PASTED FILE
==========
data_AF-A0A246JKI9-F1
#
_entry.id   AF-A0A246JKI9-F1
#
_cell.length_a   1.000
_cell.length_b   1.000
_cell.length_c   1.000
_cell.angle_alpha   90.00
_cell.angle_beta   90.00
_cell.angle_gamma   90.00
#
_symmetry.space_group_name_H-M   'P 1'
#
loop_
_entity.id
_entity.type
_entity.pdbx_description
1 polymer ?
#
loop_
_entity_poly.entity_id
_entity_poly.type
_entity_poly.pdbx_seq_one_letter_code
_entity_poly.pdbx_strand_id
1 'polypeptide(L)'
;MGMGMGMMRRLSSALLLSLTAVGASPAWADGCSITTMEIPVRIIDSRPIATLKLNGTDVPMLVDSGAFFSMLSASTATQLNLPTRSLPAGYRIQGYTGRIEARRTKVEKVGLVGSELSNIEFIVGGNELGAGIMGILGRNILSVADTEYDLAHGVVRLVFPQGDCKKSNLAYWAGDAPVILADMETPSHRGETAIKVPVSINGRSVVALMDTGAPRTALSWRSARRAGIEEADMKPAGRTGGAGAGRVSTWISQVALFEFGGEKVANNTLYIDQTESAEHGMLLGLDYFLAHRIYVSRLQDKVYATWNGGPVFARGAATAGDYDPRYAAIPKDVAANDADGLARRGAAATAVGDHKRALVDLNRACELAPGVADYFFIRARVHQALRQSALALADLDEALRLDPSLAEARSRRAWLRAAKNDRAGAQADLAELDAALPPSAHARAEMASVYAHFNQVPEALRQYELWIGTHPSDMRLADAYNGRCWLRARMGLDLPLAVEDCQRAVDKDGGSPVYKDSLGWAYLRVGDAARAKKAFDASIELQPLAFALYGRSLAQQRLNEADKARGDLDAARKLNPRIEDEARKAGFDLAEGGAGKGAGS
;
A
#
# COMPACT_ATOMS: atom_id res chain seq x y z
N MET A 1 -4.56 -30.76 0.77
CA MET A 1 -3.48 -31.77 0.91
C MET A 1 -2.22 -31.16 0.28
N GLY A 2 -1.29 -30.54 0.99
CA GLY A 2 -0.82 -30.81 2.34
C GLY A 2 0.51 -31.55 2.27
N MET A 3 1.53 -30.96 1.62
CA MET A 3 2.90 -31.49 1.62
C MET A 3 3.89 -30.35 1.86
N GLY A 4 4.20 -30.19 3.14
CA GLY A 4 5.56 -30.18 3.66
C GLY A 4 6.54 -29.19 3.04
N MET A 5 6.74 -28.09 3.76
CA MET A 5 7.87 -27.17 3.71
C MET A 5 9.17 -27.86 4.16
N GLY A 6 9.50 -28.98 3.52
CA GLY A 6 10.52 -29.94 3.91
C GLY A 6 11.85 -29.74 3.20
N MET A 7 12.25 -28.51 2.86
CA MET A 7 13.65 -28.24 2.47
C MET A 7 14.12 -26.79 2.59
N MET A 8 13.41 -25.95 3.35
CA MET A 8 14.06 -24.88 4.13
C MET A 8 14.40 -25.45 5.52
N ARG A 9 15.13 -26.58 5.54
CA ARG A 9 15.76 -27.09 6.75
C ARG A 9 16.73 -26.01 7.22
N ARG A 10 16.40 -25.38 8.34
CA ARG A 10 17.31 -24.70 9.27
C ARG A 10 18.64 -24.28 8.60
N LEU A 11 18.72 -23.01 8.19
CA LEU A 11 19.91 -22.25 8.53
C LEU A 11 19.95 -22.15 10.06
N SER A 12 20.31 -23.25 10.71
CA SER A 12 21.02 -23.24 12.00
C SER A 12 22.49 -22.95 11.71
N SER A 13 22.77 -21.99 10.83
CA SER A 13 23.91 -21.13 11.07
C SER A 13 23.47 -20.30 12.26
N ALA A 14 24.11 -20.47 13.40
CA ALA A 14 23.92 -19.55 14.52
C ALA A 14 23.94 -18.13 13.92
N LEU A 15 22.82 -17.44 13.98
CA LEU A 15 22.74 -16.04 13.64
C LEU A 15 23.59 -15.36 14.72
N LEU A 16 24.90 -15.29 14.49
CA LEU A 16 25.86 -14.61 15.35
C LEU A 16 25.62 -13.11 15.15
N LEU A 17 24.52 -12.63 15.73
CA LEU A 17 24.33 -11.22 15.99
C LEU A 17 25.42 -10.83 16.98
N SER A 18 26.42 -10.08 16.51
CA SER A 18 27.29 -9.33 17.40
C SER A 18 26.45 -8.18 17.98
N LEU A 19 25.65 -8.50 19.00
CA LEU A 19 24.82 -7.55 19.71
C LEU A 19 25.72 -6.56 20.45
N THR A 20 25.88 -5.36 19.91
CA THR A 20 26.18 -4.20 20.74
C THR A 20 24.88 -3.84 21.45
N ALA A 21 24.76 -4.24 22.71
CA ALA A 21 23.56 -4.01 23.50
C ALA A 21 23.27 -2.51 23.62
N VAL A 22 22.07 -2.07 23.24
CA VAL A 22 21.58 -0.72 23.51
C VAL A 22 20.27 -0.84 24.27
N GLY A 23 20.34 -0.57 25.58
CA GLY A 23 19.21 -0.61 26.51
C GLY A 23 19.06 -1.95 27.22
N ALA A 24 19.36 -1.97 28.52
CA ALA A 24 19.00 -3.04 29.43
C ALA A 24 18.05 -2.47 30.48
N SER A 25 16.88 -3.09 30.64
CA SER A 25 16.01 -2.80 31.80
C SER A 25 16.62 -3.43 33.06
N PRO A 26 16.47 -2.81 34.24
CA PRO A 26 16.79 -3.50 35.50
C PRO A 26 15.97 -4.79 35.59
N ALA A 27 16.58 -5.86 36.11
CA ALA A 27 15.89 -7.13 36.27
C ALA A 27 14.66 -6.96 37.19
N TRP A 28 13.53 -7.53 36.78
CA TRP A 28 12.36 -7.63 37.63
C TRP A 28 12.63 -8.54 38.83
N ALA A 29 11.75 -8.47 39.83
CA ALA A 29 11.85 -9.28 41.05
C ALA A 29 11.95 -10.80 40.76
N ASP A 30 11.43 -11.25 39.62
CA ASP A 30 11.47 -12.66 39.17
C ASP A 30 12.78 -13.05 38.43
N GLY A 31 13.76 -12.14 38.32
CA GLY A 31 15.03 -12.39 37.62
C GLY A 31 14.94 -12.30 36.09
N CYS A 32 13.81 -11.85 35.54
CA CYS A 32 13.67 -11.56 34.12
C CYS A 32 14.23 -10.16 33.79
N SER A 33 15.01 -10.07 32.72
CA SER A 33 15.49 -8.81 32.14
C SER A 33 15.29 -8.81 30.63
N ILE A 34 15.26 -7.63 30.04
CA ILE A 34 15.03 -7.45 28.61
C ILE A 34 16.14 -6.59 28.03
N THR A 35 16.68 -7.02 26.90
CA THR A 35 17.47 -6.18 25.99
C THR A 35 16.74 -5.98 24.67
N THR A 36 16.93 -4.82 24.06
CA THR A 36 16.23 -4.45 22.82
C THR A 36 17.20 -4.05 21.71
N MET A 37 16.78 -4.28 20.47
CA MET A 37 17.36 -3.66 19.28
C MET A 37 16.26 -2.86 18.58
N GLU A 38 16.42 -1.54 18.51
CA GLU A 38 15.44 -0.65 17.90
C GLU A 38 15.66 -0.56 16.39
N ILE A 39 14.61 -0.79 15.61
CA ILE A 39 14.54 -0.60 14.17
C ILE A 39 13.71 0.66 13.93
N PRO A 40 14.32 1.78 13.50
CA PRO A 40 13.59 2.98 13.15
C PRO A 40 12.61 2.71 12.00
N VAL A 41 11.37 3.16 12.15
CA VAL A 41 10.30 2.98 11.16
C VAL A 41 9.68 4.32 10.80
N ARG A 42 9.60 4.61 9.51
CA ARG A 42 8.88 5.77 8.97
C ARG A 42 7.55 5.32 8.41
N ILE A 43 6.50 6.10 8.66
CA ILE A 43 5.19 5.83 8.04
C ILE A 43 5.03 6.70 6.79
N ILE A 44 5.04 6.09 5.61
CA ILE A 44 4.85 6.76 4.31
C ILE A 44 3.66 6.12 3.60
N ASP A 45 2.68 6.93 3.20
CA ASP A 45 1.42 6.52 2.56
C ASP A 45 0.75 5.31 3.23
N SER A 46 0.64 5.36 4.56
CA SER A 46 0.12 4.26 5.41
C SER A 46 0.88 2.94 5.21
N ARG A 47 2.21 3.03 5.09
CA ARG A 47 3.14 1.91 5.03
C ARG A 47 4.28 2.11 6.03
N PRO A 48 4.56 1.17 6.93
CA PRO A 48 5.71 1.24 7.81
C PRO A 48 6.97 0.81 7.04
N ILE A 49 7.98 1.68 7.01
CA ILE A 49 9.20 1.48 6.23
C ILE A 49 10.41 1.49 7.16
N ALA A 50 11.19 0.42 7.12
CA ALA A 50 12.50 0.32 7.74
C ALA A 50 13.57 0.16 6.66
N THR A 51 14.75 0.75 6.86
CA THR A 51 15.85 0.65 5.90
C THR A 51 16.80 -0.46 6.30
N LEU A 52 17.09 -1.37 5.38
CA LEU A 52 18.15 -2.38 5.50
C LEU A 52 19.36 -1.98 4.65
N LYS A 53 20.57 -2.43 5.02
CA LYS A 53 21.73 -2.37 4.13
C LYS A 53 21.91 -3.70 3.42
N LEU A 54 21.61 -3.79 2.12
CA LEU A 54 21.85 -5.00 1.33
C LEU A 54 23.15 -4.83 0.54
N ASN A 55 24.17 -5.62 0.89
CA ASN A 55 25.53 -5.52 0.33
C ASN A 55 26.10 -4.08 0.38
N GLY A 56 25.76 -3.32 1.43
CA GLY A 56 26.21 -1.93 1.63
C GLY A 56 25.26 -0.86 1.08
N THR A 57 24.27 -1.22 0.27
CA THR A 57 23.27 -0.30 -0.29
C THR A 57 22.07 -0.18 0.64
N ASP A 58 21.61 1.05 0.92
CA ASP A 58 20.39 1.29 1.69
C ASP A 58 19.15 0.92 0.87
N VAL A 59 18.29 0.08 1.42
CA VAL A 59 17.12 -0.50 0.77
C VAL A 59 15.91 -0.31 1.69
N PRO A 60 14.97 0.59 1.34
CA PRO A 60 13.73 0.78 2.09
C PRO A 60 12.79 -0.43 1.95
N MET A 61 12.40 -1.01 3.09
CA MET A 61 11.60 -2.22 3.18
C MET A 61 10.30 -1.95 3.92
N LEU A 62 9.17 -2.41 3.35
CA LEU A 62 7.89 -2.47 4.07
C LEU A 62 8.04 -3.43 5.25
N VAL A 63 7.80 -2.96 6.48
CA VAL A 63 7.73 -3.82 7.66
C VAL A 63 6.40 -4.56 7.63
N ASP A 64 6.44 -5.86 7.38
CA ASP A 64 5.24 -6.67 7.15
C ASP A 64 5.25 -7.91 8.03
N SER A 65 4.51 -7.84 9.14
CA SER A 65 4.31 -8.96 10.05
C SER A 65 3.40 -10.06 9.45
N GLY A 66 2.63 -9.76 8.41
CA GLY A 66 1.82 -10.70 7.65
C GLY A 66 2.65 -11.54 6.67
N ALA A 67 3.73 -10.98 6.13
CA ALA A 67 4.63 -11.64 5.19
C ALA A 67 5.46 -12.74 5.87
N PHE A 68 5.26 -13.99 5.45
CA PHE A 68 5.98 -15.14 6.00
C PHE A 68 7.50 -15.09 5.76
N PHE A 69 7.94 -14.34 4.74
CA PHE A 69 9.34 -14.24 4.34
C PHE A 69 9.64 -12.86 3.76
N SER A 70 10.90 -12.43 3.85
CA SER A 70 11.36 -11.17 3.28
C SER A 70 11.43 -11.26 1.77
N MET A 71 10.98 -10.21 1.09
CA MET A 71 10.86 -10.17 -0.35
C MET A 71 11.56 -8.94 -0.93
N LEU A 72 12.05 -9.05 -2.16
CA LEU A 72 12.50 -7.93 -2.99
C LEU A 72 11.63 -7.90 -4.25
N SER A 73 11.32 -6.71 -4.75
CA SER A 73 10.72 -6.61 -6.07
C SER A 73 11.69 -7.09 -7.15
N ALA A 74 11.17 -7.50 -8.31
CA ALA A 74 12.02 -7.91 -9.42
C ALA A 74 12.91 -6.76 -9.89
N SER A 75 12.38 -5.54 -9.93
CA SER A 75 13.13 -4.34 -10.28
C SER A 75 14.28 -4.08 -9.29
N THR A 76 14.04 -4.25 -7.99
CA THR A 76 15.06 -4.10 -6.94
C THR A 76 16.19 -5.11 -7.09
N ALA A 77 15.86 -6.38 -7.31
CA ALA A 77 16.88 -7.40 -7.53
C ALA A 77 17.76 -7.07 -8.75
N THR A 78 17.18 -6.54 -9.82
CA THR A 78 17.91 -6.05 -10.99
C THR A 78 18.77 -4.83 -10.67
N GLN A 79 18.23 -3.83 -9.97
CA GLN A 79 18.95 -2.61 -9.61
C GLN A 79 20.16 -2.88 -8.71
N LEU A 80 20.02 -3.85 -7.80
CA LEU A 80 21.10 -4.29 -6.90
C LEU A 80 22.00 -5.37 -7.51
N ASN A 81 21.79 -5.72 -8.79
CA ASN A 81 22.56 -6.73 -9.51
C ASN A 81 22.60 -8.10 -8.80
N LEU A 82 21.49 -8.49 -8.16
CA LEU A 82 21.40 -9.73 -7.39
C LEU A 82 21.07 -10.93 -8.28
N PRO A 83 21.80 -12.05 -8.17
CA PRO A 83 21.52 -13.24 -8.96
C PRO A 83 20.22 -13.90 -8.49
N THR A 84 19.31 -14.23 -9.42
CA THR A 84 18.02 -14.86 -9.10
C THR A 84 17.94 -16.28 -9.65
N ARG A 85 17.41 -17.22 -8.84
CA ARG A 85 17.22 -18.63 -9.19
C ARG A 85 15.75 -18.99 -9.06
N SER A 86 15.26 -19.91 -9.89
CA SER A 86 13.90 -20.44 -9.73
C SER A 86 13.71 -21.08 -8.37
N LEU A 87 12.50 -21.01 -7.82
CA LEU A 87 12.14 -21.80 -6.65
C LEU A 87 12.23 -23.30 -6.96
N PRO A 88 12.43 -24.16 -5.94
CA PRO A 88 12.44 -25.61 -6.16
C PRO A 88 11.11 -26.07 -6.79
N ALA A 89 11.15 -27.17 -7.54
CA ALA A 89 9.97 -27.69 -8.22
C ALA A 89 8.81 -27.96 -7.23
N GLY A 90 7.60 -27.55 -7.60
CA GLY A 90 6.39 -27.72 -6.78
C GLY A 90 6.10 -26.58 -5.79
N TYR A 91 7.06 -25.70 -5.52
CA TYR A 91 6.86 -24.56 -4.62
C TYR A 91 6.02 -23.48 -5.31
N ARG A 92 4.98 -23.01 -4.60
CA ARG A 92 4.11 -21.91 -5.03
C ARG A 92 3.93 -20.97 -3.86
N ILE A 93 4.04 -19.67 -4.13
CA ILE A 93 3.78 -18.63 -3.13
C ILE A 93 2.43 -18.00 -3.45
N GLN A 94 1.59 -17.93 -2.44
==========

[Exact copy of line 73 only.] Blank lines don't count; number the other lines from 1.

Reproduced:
N LEU A 15 22.82 -17.44 13.98